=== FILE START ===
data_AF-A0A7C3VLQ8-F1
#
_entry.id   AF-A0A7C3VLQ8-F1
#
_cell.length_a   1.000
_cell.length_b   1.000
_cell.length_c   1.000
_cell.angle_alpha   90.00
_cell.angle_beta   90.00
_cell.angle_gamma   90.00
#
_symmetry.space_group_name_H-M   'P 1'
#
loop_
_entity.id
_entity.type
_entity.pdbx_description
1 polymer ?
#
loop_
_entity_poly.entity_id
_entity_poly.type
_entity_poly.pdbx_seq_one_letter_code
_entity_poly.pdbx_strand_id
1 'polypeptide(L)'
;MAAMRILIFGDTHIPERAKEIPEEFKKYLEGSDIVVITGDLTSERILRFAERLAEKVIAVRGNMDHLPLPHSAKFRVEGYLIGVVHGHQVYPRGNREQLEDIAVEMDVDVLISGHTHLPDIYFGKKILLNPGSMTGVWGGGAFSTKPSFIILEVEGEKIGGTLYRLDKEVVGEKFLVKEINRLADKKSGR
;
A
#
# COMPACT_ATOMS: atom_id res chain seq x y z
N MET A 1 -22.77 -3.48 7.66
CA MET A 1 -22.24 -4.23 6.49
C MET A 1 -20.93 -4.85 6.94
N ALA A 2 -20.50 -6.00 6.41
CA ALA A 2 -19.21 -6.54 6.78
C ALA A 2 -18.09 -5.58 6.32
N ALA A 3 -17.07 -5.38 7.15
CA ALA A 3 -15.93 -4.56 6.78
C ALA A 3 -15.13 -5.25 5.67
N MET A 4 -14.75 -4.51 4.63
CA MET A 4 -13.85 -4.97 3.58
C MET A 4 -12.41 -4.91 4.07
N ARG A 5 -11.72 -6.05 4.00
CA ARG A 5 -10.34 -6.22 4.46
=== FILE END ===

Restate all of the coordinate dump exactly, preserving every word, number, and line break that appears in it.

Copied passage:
data_AF-A0A7C3VLQ8-F1
#
_entry.id   AF-A0A7C3VLQ8-F1
#
_cell.length_a   1.000
_cell.length_b   1.000
_cell.length_c   1.000
_cell.angle_alpha   90.00
_cell.angle_beta   90.00
_cell.angle_gamma   90.00
#
_symmetry.space_group_name_H-M   'P 1'
#
loop_
_entity.id
_entity.type
_entity.pdbx_description
1 polymer ?
#
loop_
_entity_poly.entity_id
_entity_poly.type
_entity_poly.pdbx_seq_one_letter_code
_entity_poly.pdbx_strand_id
1 'polypeptide(L)'
;MAAMRILIFGDTHIPERAKEIPEEFKKYLEGSDIVVITGDLTSERILRFAERLAEKVIAVRGNMDHLPLPHSAKFRVEGYLIGVVHGHQVYPRGNREQLEDIAVEMDVDVLISGHTHLPDIYFGKKILLNPGSMTGVWGGGAFSTKPSFIILEVEGEKIGGTLYRLDKEVVGEKFLVKEINRLADKKSGR
;
A
#
# COMPACT_ATOMS: atom_id res chain seq x y z
N MET A 1 -22.77 -3.48 7.66
CA MET A 1 -22.24 -4.23 6.49
C MET A 1 -20.93 -4.85 6.94
N ALA A 2 -20.50 -6.00 6.41
CA ALA A 2 -19.21 -6.54 6.78
C ALA A 2 -18.09 -5.58 6.32
N ALA A 3 -17.07 -5.38 7.15
CA ALA A 3 -15.93 -4.56 6.78
C ALA A 3 -15.13 -5.25 5.67
N MET A 4 -14.75 -4.51 4.63
CA MET A 4 -13.85 -4.97 3.58
C MET A 4 -12.41 -4.91 4.07
N ARG A 5 -11.72 -6.05 4.00
CA ARG A 5 -10.34 -6.22 4.46